Here’s how Alberto Cairo teaches us to read a chart:

  1. Identify the scaffolding elements - title, legends, axis, scales, and units. What are they? Does the value axis start at 0 or not? Is there a callout or headline? What is the source of the data represented? Is it trustworthy?

  2. Look at the visual encodings used - to visualise data, we encode numbers and dimensions using shapes and colours. Bars (a rectangle placed on an axis) can vary in length based on a number. A bunch of dots can vary in position over a plot and be grouped by colour. What are the encodings used in the visualisation? Can you name them? How are they representing the data?

  3. Read the annotations - are there any annotations guiding you through the visualisation? Do they explain more of the context around the visualisation?

  4. Take a bird’s eye view - can you spot any trends, patterns or relationships? What are they? Do they make sense in the context of the chart?

How Charts Lie also contains multiple examples of graphs that deceive us - whether intentionally or accidentally - and how we can become more aware of the ways the deception may occur. Design and communication are vital factors discussed all across the book. The examples range from multiple subjects - from elections in the US to heavy metal music, from crime to movie box offices, never forgetting to discuss the ethical considerations that everyone producing charts should keep front of mind to avoid falling for each of the “lies” discussed.

Beyond design critique

The ways the book presents how charts can lie to us are not limited to how the charts look. This may be a common misconception when picking up a book like this: that the focus is on charts that are bad by not following a prescribed set of style rules. This is not the case here.

The meaning, the context, and the misrepresentation of the data’s characteristics are all mentioned as ways we can be misled by visual representations of data.

According to How Charts Lie, charts can mislead us in several ways:

  • by being poorly designed

  • by using incorrect or untrustworthy data

  • by showing an inappropriate amount of data - either too much or too little

  • by concealing or confusing uncertainty

  • by suggesting misleading patterns or relationships

  • by pandering to our expectations, prejudices and personal bias.

In the closing chapter, Alberto Cairo discusses one of my all-time favourite charts - the Nightingale rose. He goes through a bit of the history behind her charts and how Florence Nightingale used them as tools to promote the need for change in sanitation practices during wartime. It is a fascinating piece of history. Throughout the chapter, the author points out that everyone has a crucial responsibility in designing charts as truthfully as possible, according to their data. The data must be, first and foremost, trustworthy. We should avoid using charts as instruments to validate and perpetuate our preconceived ideas. Charts may convey an air of certainty, clarity and reason, and while that can be beneficial, it can be very damaging if this air of authority is used for the wrong purposes.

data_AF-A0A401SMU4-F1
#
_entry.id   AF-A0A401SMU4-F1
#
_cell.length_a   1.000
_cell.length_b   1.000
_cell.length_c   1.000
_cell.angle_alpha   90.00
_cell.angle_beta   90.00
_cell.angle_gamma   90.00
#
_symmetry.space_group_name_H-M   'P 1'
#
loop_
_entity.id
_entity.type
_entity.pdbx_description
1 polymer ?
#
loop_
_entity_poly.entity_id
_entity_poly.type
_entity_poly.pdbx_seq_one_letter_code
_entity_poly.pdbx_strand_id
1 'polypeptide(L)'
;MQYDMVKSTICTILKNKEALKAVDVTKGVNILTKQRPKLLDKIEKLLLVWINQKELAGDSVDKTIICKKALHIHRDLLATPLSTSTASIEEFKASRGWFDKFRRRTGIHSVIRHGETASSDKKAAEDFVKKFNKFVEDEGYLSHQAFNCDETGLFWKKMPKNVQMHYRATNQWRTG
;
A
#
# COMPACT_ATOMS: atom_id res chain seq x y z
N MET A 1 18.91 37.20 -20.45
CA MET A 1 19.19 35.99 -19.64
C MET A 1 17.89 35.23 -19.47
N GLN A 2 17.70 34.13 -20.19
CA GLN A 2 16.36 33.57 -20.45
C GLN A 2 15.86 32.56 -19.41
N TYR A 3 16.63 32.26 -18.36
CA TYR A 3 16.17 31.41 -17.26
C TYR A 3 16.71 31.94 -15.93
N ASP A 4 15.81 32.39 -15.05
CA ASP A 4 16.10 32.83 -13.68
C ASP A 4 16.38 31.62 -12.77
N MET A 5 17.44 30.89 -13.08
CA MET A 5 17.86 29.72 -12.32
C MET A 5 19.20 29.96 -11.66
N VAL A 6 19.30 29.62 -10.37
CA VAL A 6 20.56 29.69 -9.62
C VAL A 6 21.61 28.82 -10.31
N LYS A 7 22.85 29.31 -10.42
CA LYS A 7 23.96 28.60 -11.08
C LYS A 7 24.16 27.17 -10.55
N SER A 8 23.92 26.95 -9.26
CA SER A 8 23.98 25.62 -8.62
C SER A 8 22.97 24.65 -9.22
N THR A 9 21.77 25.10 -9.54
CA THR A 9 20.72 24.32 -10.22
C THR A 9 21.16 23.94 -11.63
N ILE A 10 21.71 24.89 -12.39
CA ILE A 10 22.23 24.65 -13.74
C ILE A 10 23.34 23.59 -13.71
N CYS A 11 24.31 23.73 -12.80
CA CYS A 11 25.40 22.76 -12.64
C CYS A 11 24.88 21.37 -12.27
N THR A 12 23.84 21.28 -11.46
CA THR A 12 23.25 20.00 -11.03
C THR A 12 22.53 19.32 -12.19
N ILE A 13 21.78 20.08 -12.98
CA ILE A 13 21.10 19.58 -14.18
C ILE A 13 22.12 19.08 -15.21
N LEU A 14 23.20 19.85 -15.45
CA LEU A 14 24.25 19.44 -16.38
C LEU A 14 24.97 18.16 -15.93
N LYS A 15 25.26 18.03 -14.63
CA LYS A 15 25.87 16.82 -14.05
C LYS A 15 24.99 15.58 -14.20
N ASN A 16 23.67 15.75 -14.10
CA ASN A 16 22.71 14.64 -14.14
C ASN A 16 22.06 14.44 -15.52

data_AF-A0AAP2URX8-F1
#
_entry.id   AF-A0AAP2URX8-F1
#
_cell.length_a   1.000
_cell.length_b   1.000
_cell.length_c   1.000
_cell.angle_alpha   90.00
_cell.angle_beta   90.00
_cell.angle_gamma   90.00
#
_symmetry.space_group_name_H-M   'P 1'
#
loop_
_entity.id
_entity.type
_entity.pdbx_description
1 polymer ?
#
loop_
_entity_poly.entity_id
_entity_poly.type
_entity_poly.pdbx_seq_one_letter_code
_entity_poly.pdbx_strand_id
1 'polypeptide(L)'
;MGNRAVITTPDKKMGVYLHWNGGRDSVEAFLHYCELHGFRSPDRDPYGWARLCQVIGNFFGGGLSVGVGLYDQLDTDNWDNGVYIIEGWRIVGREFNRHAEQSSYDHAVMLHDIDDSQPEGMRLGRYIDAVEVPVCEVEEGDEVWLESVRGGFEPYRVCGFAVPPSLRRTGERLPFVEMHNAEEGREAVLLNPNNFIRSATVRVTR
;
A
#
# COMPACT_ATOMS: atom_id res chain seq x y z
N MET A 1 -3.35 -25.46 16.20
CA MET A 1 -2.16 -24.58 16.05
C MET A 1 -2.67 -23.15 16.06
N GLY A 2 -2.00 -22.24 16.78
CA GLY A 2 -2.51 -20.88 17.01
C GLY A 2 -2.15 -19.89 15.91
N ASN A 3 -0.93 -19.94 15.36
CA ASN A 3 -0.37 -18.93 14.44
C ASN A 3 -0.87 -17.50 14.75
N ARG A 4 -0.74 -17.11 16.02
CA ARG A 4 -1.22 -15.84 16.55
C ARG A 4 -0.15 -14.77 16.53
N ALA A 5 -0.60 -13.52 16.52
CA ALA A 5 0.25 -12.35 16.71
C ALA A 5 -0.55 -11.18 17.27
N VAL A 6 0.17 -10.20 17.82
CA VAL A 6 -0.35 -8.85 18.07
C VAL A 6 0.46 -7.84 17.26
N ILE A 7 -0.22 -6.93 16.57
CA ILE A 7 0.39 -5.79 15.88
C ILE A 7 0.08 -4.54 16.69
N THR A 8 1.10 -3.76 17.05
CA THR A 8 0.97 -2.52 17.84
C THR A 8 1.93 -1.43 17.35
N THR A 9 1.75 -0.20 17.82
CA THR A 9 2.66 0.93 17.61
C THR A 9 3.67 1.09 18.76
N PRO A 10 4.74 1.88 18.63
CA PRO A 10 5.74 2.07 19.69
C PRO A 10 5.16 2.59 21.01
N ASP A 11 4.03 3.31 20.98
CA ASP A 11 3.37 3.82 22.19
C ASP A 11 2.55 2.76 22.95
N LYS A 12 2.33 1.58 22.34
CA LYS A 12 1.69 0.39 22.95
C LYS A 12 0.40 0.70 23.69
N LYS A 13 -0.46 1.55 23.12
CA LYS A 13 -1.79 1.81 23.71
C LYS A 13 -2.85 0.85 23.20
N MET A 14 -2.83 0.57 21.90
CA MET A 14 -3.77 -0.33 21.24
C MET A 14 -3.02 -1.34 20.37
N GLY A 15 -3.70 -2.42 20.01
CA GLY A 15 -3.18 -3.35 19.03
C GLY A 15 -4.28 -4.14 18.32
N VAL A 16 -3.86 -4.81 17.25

How Charts Lie by Alberto Cairo shows how representing data visually is a powerful tool but one that comes with great responsibility. It is a double-edged sword. The same techniques that can be used to inform, clarify, explain, and persuade for positive change can also be used to mislead, misinform, cause confusion and perpetuate harmful biases. And while the designer has a lot of responsibility to acknowledge these risks and work to minimise them as much as possible, the reader of such charts also plays a fundamental role in ensuring they don’t fall for the lies that graphs may be telling them.

This is an excellent introductory read on how charts work and what could go wrong. By the end of the book, you’ll have learned how to be more aware of how charts can be misleading and influence you to believe incorrect or false statements. You’ll also understand a bit more about the craft that goes into designing and communicating data effectively and truthfully.

Should you read it

Everyone interested in being well-informed about the current digital society should read How Charts Lie. It will help you make a more informed assessment of the information you consume daily. This book will serve as a good guide on how not to fall for misinformation in chart form.

If you are interested in working with data analysis and visualisation, keep in mind that this is an introductory book to the subject, even though it does provide a framework and strategies to prevent creating or perpetuating misleading visual representations of data.

Always check your local library first to see if any of the books I recommend are available. If they’re not, consider donating a copy!


Get a copy at your local library | Amazon


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written by human, not by AI